Estimated grade. Ex. Melish; Kosoff Sale (1956) Sold by David Akers Numismatics May '98 Price realized $41250
David Akers (1975/88): This scarce date is always weakly struck, particularly on the head of Liberty, although most examples do have a wire rim. The specimens that I have seen all have a tiny C mintmark embedded in the feathers of the arrow. Because of poor striking, many specimens appear more worn than they actually are. Nevertheless, strictly uncirculated specimens are very rare and I have seen only two or three pieces in that grade, the finest being an Unc-60+ coin that Paramount sold last year. (PCCGS CoinFacts editors note: "last year" would be 1974 as the David Akers quarter eagle book was published in 1975)Doug Winter: The 1841-C is among the rarest Charlotte quarter eagles. It is especially difficult to locate in higher grades. Its rarity is compounded by the fact that it is a poorly produced issue.
The 1841-C quarter eagle is scarce in all grades. It is most often seen in VF and EF grades, and lower end AU coins are very scarce. In the upper to higher range of AU, the 1841-C is extremely scarce. Most of the examples that I have seen are not choice. In Uncirculated the 1841-C is extremely rare, and it is doubtful that more than four to five properly graded coins exist.
STRIKE: The 1841-C displays a fairly good strike although it is not as sharply impressed as the 1840-C quarter eagle. The obverse center displays good detail with the exception of the center which is invariably weak on the curls around the face and the ear. The stars are sharp and a number have full radial lines. The reverse also shows a good overall impression with the exception of the right leg and the lift tip of the wing which are often weak. On both sides the denticles are complete and sharp.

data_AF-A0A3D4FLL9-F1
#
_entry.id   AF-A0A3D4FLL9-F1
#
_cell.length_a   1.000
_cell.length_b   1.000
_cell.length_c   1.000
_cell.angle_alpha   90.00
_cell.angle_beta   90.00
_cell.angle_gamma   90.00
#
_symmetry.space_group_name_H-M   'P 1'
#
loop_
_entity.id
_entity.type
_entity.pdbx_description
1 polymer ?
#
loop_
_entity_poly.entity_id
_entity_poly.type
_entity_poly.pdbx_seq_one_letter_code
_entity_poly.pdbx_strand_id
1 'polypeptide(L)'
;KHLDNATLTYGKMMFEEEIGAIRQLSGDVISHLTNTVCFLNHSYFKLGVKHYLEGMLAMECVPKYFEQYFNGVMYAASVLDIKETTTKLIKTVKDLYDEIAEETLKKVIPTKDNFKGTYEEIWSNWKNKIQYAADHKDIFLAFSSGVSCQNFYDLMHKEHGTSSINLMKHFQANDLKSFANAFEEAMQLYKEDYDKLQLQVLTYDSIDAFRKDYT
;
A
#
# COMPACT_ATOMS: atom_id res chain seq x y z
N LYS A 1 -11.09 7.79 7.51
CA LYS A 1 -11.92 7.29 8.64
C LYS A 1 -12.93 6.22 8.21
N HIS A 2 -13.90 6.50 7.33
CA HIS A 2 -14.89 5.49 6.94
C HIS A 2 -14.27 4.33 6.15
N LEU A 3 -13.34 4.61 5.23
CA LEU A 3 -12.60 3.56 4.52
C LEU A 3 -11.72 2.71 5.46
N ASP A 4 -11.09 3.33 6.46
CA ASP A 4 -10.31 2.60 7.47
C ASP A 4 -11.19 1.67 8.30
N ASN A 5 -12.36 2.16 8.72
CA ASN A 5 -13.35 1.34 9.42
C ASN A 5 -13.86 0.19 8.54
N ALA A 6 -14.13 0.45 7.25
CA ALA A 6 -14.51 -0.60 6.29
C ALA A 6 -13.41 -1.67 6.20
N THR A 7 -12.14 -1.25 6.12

SURFACES: Nearly all known examples of this date are heavily abraded. Many have noticeable nicks and cuts in the fields as well as numerous marks on the rims. This is among the hardest quarter eagles from this mint to find with clean surfaces.
LUSTER: The few 1841-C quarter eagles which have any remaining luster have a soft, frosty texture. It is very difficult to locate examples with good luster since most are very worn. This is compounded by the fact that an unusually high percentage of survivors have been cleaned.
COLORATION: Since most have been cleaned, the typical piece shows a washed-out, unnatural coloration. Original coins often have a pronounced orange-gold hue which may be overlaid with rich coppery shadings.
EYE APPEAL: Due to heavily abraded surfaces and unappealing coloration, the eye appeal of the typical 1841-C quarter eagle is well below-average. There are only a small number known with good eye appeal and these typically command a strong premium among knowledgeable specialists.
DIE CHARACTERISTICS: There is a die scratch on the obverse from the top of the outside point of the fourth star into the field. The reverse often shows clashmarks which join the eagle’s beak to its wing.
DIE VARIETIES: Only one variety is known.
Variety 1 (formerly Variety 2-B): The first 1 in the date is closer to the bust than to the denticles while the second 1 is closer to the denticles. The reverse was used in 1841 and again in 1842. The mintmark is small and it is joined to the lower feathers. These feathers extend slightly into the center of the mintmark at the upper right. The mintmark is much closer to the fraction bar than to the talon or the 1.
Late die states show light clashmarks along the outside of Liberty’s nose and a break on the reverse from the eagle’s right wing tip to the edge. Coins struck from unbroken dies are very scarce.